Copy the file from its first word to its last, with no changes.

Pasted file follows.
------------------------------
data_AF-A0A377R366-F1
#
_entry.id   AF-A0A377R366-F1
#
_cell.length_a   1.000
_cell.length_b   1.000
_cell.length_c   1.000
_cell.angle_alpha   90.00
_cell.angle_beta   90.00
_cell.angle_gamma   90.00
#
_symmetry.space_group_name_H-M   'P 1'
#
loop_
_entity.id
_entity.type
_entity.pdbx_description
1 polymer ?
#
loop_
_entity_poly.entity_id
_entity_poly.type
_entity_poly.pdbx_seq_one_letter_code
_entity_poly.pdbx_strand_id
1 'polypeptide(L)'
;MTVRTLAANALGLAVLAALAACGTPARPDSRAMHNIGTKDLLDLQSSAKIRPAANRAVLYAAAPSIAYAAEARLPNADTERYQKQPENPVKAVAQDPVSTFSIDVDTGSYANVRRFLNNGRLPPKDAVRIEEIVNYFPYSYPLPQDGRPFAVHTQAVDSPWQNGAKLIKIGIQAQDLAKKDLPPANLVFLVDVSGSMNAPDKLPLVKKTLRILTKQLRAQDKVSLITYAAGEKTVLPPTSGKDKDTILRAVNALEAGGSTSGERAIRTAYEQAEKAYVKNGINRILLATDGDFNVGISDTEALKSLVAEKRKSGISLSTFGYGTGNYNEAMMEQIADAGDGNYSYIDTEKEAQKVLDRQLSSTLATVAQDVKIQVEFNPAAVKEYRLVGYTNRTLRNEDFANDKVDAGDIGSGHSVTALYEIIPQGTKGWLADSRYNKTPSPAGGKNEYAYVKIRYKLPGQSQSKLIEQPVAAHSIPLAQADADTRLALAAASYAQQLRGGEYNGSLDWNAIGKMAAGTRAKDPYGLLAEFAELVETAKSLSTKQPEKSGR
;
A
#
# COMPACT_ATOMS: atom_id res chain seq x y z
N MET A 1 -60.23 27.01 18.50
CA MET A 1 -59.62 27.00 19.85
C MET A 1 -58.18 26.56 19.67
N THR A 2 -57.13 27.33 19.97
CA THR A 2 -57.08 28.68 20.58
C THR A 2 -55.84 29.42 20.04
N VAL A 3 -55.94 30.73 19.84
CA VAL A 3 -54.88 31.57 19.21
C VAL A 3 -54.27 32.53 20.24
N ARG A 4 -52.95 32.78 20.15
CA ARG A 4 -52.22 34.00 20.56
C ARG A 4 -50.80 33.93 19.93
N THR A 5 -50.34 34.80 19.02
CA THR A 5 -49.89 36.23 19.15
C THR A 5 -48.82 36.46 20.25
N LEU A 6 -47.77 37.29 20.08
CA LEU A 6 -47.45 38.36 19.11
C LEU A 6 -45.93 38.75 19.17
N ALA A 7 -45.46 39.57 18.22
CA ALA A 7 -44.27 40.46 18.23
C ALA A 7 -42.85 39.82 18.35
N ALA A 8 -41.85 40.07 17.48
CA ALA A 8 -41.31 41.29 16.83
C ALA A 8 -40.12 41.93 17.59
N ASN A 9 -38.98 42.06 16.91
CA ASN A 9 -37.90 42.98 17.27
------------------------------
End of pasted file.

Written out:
data_AF-A0A377R366-F1
#
_entry.id   AF-A0A377R366-F1
#
_cell.length_a   1.000
_cell.length_b   1.000
_cell.length_c   1.000
_cell.angle_alpha   90.00
_cell.angle_beta   90.00
_cell.angle_gamma   90.00
#
_symmetry.space_group_name_H-M   'P 1'
#
loop_
_entity.id
_entity.type
_entity.pdbx_description
1 polymer ?
#
loop_
_entity_poly.entity_id
_entity_poly.type
_entity_poly.pdbx_seq_one_letter_code
_entity_poly.pdbx_strand_id
1 'polypeptide(L)'
;MTVRTLAANALGLAVLAALAACGTPARPDSRAMHNIGTKDLLDLQSSAKIRPAANRAVLYAAAPSIAYAAEARLPNADTERYQKQPENPVKAVAQDPVSTFSIDVDTGSYANVRRFLNNGRLPPKDAVRIEEIVNYFPYSYPLPQDGRPFAVHTQAVDSPWQNGAKLIKIGIQAQDLAKKDLPPANLVFLVDVSGSMNAPDKLPLVKKTLRILTKQLRAQDKVSLITYAAGEKTVLPPTSGKDKDTILRAVNALEAGGSTSGERAIRTAYEQAEKAYVKNGINRILLATDGDFNVGISDTEALKSLVAEKRKSGISLSTFGYGTGNYNEAMMEQIADAGDGNYSYIDTEKEAQKVLDRQLSSTLATVAQDVKIQVEFNPAAVKEYRLVGYTNRTLRNEDFANDKVDAGDIGSGHSVTALYEIIPQGTKGWLADSRYNKTPSPAGGKNEYAYVKIRYKLPGQSQSKLIEQPVAAHSIPLAQADADTRLALAAASYAQQLRGGEYNGSLDWNAIGKMAAGTRAKDPYGLLAEFAELVETAKSLSTKQPEKSGR
;
A
#
# COMPACT_ATOMS: atom_id res chain seq x y z
N MET A 1 -60.23 27.01 18.50
CA MET A 1 -59.62 27.00 19.85
C MET A 1 -58.18 26.56 19.67
N THR A 2 -57.13 27.33 19.97
CA THR A 2 -57.08 28.68 20.58
C THR A 2 -55.84 29.42 20.04
N VAL A 3 -55.94 30.73 19.84
CA VAL A 3 -54.88 31.57 19.21
C VAL A 3 -54.27 32.53 20.24
N ARG A 4 -52.95 32.78 20.15
CA ARG A 4 -52.22 34.00 20.56
C ARG A 4 -50.80 33.93 19.93
N THR A 5 -50.34 34.80 19.02
CA THR A 5 -49.89 36.23 19.15
C THR A 5 -48.82 36.46 20.25
N LEU A 6 -47.77 37.29 20.08
CA LEU A 6 -47.45 38.36 19.11
C LEU A 6 -45.93 38.75 19.17
N ALA A 7 -45.46 39.57 18.22
CA ALA A 7 -44.27 40.46 18.23
C ALA A 7 -42.85 39.82 18.35
N ALA A 8 -41.85 40.07 17.48
CA ALA A 8 -41.31 41.29 16.83
C ALA A 8 -40.12 41.93 17.59
N ASN A 9 -38.98 42.06 16.91
CA ASN A 9 -37.90 42.98 17.27